For the first half of the adventure, I barely had a complaint as I zipped through satisfying action sequences. As the adventure wore on, though, Ghostrunner 2 proved that too much of a good thing can become exhausting. About halfway through the game, the evil Ghostrunners that Jack is fighting escape Dharma. Jack finds a motorcycle and pursues them, riding it down the side of Dharma before exploring the wasteland around the city.
While the initial motorcycle chase feels slick and in line with the cool factor that Ghostrunner 2 so clearly wants to maintain, those segments fall apart fast. Motorcycle riding revolves around sloppy controls, and the limited field of view while riding it can make it difficult to discern what’s coming up at high speeds. The game’s physics always make it uncomfortable to switch from riding on the ground to riding on the wall, and if I collided with an object, but didn’t die, the motorcycle would often get stuck in odd ways that just made me wish I was traveling on foot.
I had hoped to overlook this flaw if it was an occasional novelty, but the game’s longest mission made me use it more than I ever wanted to. This level takes place outside of Dharma and tasks Jack with going to three smaller towers around Dharma as he tries to track down the location of the rogue Ghostrunners. Until this point, most Ghostrunner 2 levels took at most a half-hour to beat; this one took over 90 minutes and had more frame rate performance issues than any other segment of the game.
That’s because this level has a pseudo-open-world setup, as players can drive to and scale the towers in any order. Driving from point to point wasn’t that fun or engaging because of the aforementioned motorcycle control problems, which only worsened in an open-ended level where it’s easy to get off the beaten path and discover that what seemed to be a shortcut is just a place the bike or Jack aren’t able to go.
Its stages are too long to entice me back.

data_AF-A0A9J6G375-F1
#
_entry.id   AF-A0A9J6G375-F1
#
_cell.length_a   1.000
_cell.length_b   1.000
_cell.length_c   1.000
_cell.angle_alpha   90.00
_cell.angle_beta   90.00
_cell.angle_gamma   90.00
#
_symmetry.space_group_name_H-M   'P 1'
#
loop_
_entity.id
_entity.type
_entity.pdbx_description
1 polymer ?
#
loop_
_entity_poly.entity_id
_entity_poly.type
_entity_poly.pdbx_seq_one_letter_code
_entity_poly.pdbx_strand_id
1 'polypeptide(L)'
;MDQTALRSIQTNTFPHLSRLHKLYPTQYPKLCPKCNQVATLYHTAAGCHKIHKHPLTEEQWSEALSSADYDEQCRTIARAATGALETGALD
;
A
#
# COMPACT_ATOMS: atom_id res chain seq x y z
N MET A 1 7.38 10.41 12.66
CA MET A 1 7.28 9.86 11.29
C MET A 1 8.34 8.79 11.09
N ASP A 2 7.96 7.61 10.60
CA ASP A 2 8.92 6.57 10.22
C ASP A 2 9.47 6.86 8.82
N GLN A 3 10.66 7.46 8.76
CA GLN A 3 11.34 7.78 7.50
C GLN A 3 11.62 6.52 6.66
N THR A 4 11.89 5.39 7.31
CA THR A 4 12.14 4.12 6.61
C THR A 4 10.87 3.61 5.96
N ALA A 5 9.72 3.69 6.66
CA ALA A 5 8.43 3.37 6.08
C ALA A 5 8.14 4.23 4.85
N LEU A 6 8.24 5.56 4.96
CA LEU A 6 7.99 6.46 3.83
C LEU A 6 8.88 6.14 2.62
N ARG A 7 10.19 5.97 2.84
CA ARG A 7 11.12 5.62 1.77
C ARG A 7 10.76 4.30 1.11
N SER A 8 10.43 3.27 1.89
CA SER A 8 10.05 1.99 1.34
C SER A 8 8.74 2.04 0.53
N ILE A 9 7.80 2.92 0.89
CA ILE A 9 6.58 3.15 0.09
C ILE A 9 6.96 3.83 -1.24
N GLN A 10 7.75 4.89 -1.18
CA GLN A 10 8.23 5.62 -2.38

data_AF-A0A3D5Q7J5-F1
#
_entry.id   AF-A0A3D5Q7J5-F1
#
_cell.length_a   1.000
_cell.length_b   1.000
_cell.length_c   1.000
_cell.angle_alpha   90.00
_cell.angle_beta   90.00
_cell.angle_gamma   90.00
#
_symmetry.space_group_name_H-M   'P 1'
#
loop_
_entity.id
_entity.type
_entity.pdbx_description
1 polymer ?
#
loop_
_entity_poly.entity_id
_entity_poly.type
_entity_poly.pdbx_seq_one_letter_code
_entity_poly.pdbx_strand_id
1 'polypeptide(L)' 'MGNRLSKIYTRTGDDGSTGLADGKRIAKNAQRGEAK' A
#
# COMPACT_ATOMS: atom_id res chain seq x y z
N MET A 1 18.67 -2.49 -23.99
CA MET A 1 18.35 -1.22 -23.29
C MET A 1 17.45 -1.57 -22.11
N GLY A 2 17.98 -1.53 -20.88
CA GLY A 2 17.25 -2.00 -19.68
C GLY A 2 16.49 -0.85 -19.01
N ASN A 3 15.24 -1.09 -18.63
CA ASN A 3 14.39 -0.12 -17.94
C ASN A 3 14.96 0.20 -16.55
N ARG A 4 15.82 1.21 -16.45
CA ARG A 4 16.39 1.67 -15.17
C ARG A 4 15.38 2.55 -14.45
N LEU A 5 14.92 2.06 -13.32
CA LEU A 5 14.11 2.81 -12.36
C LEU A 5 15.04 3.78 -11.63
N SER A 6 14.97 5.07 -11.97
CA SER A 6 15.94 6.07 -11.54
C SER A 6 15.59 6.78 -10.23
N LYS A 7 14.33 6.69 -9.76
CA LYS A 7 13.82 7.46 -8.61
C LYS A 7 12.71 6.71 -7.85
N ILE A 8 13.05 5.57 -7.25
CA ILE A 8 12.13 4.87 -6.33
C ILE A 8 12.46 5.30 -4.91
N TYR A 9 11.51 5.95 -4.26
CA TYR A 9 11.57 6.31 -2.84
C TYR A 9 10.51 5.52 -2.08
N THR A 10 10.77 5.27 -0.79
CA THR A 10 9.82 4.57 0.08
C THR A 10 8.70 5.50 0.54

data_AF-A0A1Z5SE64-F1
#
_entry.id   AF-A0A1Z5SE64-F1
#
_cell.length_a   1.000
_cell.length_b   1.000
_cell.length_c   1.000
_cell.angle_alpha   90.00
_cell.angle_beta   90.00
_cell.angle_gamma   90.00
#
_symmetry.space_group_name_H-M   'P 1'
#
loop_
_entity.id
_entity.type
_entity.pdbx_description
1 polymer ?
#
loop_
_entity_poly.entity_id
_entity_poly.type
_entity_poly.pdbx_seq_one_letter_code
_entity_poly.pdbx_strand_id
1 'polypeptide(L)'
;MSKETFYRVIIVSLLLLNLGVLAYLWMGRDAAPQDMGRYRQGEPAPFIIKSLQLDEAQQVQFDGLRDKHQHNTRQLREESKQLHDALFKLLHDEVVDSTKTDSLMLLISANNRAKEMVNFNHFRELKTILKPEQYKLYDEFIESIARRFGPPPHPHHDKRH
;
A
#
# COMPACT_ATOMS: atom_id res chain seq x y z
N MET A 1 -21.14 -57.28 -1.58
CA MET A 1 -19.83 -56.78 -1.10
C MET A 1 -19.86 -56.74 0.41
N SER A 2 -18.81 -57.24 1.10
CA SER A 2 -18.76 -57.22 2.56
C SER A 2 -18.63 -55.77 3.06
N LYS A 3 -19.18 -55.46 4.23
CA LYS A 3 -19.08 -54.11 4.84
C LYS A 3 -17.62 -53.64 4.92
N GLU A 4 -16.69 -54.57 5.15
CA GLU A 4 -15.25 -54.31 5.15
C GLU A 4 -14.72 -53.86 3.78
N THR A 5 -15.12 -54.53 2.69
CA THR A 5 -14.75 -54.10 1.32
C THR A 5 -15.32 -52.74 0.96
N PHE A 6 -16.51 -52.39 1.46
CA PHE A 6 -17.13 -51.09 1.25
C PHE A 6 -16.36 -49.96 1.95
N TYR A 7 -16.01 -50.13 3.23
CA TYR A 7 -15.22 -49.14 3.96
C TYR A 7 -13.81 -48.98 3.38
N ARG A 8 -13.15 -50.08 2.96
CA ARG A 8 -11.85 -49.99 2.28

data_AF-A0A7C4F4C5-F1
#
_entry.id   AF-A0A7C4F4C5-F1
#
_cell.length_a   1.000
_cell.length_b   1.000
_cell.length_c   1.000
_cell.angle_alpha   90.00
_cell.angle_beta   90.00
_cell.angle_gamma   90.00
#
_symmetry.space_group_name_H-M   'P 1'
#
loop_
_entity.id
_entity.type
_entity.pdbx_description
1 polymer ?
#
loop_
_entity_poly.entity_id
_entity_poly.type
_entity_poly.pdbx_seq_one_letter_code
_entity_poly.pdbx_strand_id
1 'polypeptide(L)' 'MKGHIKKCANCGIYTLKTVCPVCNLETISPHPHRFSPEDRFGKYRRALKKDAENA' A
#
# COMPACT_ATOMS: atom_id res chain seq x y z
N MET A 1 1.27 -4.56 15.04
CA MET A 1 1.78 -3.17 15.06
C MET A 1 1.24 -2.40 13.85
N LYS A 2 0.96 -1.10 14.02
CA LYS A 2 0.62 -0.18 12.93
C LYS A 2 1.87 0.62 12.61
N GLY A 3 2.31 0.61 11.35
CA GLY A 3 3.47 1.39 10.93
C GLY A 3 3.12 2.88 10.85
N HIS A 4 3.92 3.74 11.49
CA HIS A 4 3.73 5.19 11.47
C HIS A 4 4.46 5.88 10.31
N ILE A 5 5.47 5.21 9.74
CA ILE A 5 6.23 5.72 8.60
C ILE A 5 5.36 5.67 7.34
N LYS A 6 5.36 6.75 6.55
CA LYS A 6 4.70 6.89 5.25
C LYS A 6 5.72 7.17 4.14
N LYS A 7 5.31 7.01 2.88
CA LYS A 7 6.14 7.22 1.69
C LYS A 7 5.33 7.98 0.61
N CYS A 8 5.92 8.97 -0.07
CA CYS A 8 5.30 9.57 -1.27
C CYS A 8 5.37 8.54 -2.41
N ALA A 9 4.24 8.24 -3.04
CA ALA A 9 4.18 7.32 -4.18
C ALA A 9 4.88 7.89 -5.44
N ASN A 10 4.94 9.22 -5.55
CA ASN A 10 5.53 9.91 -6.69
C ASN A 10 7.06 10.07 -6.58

Ghostrunner 2 is at its best during moments of tight, intense design. This momentum-killing segment loses that aura of tight design and soured my experience as I became more hyper aware of later levels with similar pacing issues. It felt like exacerbated playtime between the intricately designed combat playgrounds. Part of the beauty of a game like Neon White or the original Ghostrunner is going back and trying to get the best time possible in a level. While I’d love to do that for specific sections of Ghostrunner 2 levels, its stages are too long to entice me back.
Thankfully, the team behind Ghostrunner 2 almost seems like it was aware of its campaign woes. That’s because a new side mode directly counteracts this problem. Dubbed Roguerunner.exe, this side mode is a roguelike experience where combat and parkour challenges are strung together across one of four stages of difficulty. After completing a level, I could purchase some upgrades. Some were smaller abilities, like increasing my block and dash meter, while others, like the Superhot-inspired H.O.T., completely changed the game by making time move only when Jack does.
While I doubt I’ll replay the story mode of Ghostrunner 2 anytime soon to refine my completion times, I see myself booting up Roguerunner.exe in the future if I want a burst of its slick gameplay.
Although I enjoy the world of Ghostrunner and I’m thrilled to see it evolve, Ghostrunner 2 does encounter a sophomore slump. It makes the classic sequel mistake of getting too grand in scope for its own good and adding features that draw attention away from what made its predecessor special. Roguerunner.exe does strip the game back to its basics for a purer action experience, so if the series does continue, I hope that offers a road map for where the cyberpunk series can go next.